The Gallery Archives documents the history of the Albright-Knox Art Gallery from its inception in 1862 as The Buffalo Fine Arts Academy to the present day. It contains the official records of the museum and its volunteer organizations, including minutes of the Board of Directors, Annual Reports, departmental files, artists’ correspondence, photographs, drawings, and video and audiotape interviews.
The Gallery Archives Collection may be accessed through finding aids. A finding aid is a descriptive guide for an archival collection. Typically, it includes information about the origin, history, content, date, and format of the records, as well as the physical and intellectual arrangement of the collection. Online finding aids are available for our Director’s correspondence from 1905 through 1983. For a full description and link to the finding aid, select a collection below. A print finding aid for all of our archive collections from 1905 through 1983 is available in the Library.
Listed chronologically by dates of service:
As first director of the Albright Art Gallery, Charles M. Kurtz organized many of the inaugural exhibits at the Gallery, including the first loan exhibition, and the first watercolor and annual American exhibitions. The Charles M. Kurtz Records contain correspondence documenting Albright Art Gallery events, exhibits, and staff, as well as other galleries and art organizations. View Finding Aid
The first female art director of a major art museum in the United States, Cornelia Bentley Sage Quinton developed several pioneering exhibitions at the Albright Art Gallery. These include photo-secessionist photography (curated by Alfred Stieglitz), contemporary sculpture, and several French School exhibitions with works by Bourdelle and the de Monvel Family. The Sage Quinton Records consist of correspondence with other museums, professional organizations, art dealers, and collectors, as well as Albright Art Gallery events and exhibits. View Finding Aid
William M. Hekking’s directorship was marked by increased outreach efforts in art education for children and local community groups. During his tenure, the Gallery acquired such works as Picasso’s La Toilette and hosted the Societé Anonyme’s International Exhibition of Modern Art. Hekking’s records contain correspondence documenting Gallery events and exhibits, other galleries, art organizations, dealers, and artists, including Katherine Dreier. View Finding Aid
Gordon Washburn’s directorship is marked by the rapid expansion of the Albright Art Gallery, including educational outreach and the founding of the Gallery Library. Of particular note is Washburn’s collaboration with patron Seymour H. Knox II in establishing the Room of Contemporary Art and the growth of the art collection. Correspondence documents Gallery operations and acquisitions, other galleries, dealers, collectors, and artists. Considerable correspondence records Washburn’s relationships with Professor Paul Sachs and dealer Stephan Bourgeois. View Finding Aid
Many major permanent Gallery acquisitions and important exhibitions occurred under Andrew C. Ritchie’s stewardship. These include: Seurat’s Study for Le Chahut, Gaugin’s The Yellow Christ, Tanguy’s Indefinite Divisibility, Chagall’s L’Acrobat, the Maillol Memorial Exhibition, and the industrial arts exhibit Good Design is Your Business. Ritchie directed the Gallery during World War II. As such, his records include details of the Gallery’s participation in the war effort, and Ritchie’s experience as a “monuments man,” recovering stolen art from the Nazis. Gallery operations are also covered, as well as correspondence with other museums, dealers, and artists. View Finding Aid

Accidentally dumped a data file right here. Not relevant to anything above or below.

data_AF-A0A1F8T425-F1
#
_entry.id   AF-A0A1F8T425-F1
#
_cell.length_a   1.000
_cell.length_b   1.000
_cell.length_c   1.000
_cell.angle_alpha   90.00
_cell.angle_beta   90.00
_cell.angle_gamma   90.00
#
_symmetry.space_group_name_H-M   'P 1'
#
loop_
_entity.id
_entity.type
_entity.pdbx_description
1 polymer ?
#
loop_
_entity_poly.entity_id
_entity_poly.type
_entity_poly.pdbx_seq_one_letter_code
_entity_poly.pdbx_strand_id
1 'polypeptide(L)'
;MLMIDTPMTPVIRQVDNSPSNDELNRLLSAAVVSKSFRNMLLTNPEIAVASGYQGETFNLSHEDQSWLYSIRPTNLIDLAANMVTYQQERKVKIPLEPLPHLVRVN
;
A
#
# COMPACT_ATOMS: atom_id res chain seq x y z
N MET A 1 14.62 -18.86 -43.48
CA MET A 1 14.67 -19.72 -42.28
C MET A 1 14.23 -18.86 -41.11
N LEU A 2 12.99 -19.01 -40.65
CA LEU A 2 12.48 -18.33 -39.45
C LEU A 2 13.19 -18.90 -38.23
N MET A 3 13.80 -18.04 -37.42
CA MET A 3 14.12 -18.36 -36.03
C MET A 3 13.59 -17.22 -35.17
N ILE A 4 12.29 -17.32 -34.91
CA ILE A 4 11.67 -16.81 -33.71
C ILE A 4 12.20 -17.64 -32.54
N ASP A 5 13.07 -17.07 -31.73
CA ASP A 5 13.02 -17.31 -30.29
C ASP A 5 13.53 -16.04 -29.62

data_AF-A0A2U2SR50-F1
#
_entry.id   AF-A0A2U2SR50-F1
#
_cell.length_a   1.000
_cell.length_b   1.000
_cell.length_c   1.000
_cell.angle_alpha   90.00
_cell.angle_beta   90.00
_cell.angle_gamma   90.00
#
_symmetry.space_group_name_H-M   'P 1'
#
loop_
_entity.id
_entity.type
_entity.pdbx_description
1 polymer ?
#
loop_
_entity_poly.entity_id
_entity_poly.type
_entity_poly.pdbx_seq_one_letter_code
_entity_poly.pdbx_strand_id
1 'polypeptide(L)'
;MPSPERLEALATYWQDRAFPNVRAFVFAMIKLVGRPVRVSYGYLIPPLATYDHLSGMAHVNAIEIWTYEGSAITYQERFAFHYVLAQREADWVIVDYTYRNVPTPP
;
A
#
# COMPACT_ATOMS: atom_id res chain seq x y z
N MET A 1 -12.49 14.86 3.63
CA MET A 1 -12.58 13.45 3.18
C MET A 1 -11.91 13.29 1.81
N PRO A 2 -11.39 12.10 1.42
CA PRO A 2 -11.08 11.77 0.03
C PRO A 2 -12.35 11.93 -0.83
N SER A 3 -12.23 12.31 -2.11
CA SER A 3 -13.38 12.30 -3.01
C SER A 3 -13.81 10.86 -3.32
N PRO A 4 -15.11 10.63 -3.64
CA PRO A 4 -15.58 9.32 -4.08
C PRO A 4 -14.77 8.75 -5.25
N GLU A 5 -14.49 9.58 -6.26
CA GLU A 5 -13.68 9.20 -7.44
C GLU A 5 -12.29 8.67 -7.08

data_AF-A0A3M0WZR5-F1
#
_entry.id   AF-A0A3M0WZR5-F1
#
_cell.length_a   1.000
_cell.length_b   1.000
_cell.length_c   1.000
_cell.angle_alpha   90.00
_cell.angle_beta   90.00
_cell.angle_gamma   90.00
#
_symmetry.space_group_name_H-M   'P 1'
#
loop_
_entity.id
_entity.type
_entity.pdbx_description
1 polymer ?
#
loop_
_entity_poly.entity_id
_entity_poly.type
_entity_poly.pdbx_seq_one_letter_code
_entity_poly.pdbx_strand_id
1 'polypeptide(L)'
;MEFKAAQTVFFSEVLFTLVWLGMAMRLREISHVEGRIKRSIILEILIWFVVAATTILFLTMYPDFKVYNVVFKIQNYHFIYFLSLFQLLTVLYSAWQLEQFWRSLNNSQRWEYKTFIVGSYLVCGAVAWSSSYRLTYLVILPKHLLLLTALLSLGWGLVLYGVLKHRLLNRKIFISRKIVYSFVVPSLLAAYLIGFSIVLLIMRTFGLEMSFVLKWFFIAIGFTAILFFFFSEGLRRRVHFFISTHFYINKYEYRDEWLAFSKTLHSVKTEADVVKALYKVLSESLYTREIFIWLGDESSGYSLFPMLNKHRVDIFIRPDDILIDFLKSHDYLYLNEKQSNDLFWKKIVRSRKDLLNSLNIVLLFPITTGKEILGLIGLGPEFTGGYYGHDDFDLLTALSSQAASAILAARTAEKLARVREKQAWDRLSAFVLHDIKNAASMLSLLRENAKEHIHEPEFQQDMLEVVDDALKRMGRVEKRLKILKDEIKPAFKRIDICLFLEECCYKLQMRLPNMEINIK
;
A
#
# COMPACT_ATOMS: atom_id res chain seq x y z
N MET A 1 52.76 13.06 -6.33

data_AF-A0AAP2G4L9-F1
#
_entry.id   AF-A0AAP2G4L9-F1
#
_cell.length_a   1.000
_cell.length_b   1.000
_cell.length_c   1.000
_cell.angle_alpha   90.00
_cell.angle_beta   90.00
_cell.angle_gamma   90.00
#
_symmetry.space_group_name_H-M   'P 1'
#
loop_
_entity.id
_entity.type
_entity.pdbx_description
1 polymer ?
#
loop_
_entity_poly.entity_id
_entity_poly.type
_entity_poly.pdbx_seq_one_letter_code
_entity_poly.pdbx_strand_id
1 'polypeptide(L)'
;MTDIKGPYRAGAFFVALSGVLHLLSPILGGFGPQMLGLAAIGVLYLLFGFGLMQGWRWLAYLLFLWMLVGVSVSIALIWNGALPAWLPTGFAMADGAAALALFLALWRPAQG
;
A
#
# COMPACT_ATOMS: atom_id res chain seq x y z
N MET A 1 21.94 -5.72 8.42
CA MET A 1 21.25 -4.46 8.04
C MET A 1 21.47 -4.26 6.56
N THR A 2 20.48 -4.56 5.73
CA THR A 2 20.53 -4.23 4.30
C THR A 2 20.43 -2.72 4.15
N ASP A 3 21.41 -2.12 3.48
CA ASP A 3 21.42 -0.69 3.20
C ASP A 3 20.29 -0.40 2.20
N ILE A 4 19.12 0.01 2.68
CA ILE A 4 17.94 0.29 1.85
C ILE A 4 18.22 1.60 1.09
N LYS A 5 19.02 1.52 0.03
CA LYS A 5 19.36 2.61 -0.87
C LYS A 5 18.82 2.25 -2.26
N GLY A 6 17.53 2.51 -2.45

Expansion of the Albright Art Gallery continued under Edgar C. Schenck, with the addition of the first curatorial staff to the Gallery, lectures, and concert programs. Records contain correspondence documenting Gallery events, exhibits, and staff, other galleries and organizations, artists, and substantial letters with sculptors Jacques Lipchitz and David Smith, and dealer Martha Jackson. View Finding Aid
Gordon M. Smith increased the Gallery’s collection of contemporary art and transformed the Gallery from a regional art museum to that with an international standing. Documents include correspondence with artists Mark Rothko and Jim Dine. Records also pertain to the addition and renovation of the Gallery building, designed by Gordon Bunshaft. View Finding Aid
Under Robert T. Buck, Jr.’s administration, the Gallery’s education programs strengthened considerably. Buck also oversaw the publication of the collection catalogue Painting and Sculpture, from Antiquity to 1942. Documents include notable correspondence with Richard Diebenkorn, Jean Dubuffet, and Carl Andre. View Finding Aid
Early Exhibition Archives
View materials from Albright Art Gallery exhibitions during the late 1800s and early 1900s on the Albright-Knox’s Flickr page.
Image Rights & Reproductions
If you are interested in reproducing works from the Albright-Knox Art Gallery’s Collection for commercial or educational use, please review our terms and conditions.
The Albright-Knox is not able to provide appraisals for works of art. If you are interested in having a work appraised, please contact the American Society of Appraisers at 1.800.272.8258.